“The measure would raise the levy from 5 cents to $1.05 and generate $31 million annually for alternative energy projects and food safety programs. It could cost consumers 2 to 3 cents more per gallon of gasoline.”
The Governor today vetoed other tax hikes passed by the Legislature, but since renewable energy advancement is one of her priorities, there’s no reason to believe she'll veto this one.
The egg we had for breakfast two days ago after wiping it off our face had a bad taste, so we’re treading carefully in assessing the status of energy-related bills in the last days of the Hawaii State Legislature's 2009 session. Over-reliance on government websites can be humbling.
Nevertheless, two bills are up for final passage on the floors of both houses today. HB 1271 increases the per-barrel tax “…on each barrel or fractional part of a barrel of petroleum product sold by a distributor to any retail dealer or end user, other than a refiner, of petroleum product….” The bill splits up the proposed $1 increase into several funds that support energy and agriculture sustainability in the islands.
The bill’s introduction is a good description of Hawaii’s fossil fuel energy dependence problem, beginning with: “Hawaii is at a crossroads. As the most geographically isolated state in the country, we are dangerously dependent on imports for basic food and energy needs.” It’s a sobering reminder of why renewable energy development must happen here.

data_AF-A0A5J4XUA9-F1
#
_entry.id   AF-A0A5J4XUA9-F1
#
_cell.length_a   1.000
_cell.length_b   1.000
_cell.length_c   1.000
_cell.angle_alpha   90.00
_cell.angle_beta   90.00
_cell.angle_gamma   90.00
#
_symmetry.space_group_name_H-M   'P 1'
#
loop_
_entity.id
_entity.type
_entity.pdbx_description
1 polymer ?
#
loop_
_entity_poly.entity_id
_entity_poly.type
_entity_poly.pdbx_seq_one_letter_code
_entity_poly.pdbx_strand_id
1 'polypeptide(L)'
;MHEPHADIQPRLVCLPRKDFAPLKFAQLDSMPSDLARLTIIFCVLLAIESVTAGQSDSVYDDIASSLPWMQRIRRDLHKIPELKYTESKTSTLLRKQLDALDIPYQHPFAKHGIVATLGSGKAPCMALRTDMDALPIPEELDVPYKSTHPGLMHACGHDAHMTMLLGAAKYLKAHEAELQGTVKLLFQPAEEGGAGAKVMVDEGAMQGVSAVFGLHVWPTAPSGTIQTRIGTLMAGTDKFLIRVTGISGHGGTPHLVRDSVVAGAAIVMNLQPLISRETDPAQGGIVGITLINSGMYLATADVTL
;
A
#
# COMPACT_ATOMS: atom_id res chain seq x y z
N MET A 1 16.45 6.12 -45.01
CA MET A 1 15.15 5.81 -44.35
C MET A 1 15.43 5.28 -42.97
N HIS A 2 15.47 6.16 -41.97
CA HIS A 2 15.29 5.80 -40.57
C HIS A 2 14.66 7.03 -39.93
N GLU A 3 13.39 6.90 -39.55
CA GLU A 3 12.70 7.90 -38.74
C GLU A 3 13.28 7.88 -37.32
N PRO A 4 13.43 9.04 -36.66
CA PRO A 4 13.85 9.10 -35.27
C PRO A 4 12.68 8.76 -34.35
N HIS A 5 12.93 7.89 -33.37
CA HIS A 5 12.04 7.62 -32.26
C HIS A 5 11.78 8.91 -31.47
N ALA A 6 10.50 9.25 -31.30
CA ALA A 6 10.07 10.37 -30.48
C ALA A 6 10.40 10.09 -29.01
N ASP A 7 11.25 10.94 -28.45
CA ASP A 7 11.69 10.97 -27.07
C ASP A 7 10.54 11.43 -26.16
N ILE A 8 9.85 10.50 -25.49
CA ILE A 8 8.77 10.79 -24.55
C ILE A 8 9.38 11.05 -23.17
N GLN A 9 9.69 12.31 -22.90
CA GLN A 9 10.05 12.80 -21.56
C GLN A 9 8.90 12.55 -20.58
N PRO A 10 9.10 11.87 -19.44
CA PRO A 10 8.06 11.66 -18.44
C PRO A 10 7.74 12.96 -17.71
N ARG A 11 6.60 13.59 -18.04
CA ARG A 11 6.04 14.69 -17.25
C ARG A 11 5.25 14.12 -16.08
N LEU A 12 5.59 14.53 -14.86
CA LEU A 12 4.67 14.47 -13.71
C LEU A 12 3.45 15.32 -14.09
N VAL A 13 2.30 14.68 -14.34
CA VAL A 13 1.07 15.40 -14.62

Getting By on Half a Loaf
HB 1464 was the cause of our aforementioned chagrin. Its original form would have banned construction of future fossil fuel power plants. Had it passed, Hawaii would have gone boldly where none had gone before, sending a clear message to the world that the state is open for green energy business.
But timidity prevailed over courage, and the watered-down version is a shadow of its former self. Still, the renewable energy portfolio standards have been strengthened.
We await today’s floor action in the Legislature and will post on the results – after obtaining triple confirmation. Our taste for egg isn't what it used to be.